October 28, 2010
MARIA L. GUARDIOLA, PLAINTIFF-RESPONDENT,
KENNETH J. ELLIS, DEFENDANT-APPELLANT.
On appeal from the Superior Court of New Jersey, Chancery Division, Family Part, Cape May County, Docket No. FD-05-452-06.
NOT FOR PUBLICATION WITHOUT THE APPROVAL OF THE APPELLATE DIVISION
Argued October 12, 2010
Before Judges Lisa and Reisner.
Defendant, Kenneth J. Ellis, appeals from a post-judgment order of January 19, 2010 denying his motion to decrease his child support. He argues that he demonstrated a material change in circumstances because three of the parties' oldest children were emancipated by an order of April 27, 2007. He further argues that his weekly child support obligation of $100.11 must be modified because it places him below the Self-Support Reserve (SSR).
The trial court rejected defendant's motion because defendant had "presented this argument in the past," but had still "not provided sufficient information regarding his current financial situation and lack of employment to merit a change of circumstances." The record supports the judge's reasons for denying the motion. The denial was in accord with the controlling legal principles and within the judge's discretion. Defendant's arguments on appeal lack sufficient merit to warrant extended discussion, R. 2:11-3(e)(1)(E), and we affirm substantially for the reasons expressed by the trial judge in his written statement of reasons dated January 19, 2010. We add the following brief comments.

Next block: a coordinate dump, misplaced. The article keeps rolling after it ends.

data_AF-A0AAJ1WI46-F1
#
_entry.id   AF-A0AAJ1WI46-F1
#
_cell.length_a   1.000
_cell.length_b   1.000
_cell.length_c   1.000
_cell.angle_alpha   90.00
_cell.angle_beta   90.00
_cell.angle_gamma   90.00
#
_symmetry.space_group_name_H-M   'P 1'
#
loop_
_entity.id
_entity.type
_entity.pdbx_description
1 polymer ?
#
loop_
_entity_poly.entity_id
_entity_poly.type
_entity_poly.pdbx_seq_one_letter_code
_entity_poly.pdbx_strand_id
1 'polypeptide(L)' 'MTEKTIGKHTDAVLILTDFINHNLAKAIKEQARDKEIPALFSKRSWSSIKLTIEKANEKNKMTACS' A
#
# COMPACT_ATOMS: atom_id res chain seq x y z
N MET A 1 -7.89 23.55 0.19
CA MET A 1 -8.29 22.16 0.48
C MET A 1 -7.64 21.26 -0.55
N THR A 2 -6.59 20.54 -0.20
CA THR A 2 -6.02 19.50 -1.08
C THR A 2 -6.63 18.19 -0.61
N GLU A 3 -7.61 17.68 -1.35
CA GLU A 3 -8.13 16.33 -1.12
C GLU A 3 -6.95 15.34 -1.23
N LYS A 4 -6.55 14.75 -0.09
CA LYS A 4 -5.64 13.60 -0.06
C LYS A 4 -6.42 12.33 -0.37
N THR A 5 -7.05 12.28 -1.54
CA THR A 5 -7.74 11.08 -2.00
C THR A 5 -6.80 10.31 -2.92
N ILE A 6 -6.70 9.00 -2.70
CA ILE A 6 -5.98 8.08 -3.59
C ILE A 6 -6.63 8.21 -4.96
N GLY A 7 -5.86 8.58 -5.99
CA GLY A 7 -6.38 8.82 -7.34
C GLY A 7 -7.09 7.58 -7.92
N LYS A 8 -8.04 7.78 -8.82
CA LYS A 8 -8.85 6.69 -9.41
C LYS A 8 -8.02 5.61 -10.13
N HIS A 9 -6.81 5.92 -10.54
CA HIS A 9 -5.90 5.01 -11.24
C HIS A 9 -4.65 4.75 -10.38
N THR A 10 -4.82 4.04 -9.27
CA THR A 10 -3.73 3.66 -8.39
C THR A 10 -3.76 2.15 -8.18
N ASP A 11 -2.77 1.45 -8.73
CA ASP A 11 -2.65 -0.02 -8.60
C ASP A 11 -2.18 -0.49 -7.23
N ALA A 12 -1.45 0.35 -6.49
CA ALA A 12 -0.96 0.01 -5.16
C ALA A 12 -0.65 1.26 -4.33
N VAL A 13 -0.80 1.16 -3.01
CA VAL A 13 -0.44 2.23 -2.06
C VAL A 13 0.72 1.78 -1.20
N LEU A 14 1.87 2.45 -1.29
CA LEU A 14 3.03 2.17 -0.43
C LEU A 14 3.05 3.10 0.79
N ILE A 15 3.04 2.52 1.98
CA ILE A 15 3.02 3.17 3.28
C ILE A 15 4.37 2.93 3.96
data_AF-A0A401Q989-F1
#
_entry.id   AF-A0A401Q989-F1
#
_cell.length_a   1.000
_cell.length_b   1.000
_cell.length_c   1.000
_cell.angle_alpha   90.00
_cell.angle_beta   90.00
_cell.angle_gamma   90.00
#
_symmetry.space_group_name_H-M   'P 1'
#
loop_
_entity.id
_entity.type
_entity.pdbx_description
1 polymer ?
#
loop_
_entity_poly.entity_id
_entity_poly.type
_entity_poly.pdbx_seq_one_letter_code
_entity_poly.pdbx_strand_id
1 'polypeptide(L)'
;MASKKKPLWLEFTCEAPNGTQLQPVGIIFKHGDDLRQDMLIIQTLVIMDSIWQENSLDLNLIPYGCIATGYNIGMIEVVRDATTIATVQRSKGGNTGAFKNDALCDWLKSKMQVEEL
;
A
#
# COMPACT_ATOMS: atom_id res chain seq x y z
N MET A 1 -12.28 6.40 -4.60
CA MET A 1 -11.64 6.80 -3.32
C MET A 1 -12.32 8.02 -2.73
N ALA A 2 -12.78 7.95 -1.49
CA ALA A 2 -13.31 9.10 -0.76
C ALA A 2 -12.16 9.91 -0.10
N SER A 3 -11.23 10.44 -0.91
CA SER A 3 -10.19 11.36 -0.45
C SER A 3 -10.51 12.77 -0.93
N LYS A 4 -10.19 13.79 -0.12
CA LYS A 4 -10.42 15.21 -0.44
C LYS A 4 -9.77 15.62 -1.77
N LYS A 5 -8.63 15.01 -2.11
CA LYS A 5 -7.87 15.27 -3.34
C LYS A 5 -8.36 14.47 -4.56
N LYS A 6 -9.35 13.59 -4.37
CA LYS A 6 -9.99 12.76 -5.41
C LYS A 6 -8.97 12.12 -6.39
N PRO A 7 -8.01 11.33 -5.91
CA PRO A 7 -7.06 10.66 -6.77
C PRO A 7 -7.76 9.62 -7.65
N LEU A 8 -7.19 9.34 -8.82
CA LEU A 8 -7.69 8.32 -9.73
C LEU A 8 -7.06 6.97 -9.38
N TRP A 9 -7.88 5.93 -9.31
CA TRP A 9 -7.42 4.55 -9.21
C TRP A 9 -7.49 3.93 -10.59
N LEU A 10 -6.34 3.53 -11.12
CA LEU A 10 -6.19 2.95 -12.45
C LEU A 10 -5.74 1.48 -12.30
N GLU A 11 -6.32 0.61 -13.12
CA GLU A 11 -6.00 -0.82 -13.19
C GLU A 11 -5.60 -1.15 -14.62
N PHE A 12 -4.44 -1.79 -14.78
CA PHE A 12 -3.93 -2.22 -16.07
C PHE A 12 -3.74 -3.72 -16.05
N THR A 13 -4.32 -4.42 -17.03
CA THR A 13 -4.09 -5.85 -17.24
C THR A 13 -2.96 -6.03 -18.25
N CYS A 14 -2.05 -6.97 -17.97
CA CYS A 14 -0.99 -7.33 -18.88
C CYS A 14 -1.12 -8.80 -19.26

The parties divorced in New York in 1997. The divorce decree inputed to defendant annual income of $18,000 and ordered him to pay child support of $100.11 per week for the support of the parties' four children. The order also allocated health care and educational expenses between the parties. All but the youngest child are now emancipated.
Prior to the motion that is the subject of this appeal, defendant made two similar applications in New Jersey courts. As in this case, defendant failed on those occasions to provide his current financial information. Those applications were denied, and in two prior appeals, we affirmed the denials. See Guardiola v. Ellis, No. A-5400-06 (App. Div. December 27, 2007); Guardiola v. Ellis, No. A-1515-08 (App. Div. November 25, 2009).
In the present application, defendant provided the trial court with no income tax returns, current case information statement, or evidence of any efforts he was making to search for employment. Without that information, defendant could not make the requisite showing of changed circumstances. Lepis v. Lepis, 83 N.J. 139, 157 (1980); Aronson v. Aronson, 245 N.J. Super. 354, 360-61 (1991). Therefore, although the emancipation of three of the four children is relevant to a changed circumstances analysis, without the required financial information, no such analysis could be conducted in a meaningful way.
Defendant's SSR argument also lacks merit. The SSR is an amount calculated to ensure that a non-custodial parent "has sufficient income to maintain a basic subsistence level and the incentive to work so that child support can be paid." Child Support Guidelines, Pressler & Verniero, Current N.J. Court Rules, Appendix IX-A to R. 5:6A at 2434 (2010). Defendant argues that the maximum annual support for which he should be liable is $2002. His calculation is based upon New York's SSR, see N.Y. Dom. Rel. Law § 240.1-b(b)(6) (Consol. 2010) (setting the SSR at 135% of federal poverty guidelines for a single person), a 7.65% FICA allowance as calculated in the divorce decree, and the $18,000 imputed income figure.
However, New Jersey's SSR formula is different, and employs a 105% above-the-poverty-line standard. Pressler & Verniero, supra, Appendix IX-A to R. 5:6A at 2434. Applying the New Jersey formula to defendant's $18,000 annual inputed income, defendant's support obligation does not exceed his SSR.
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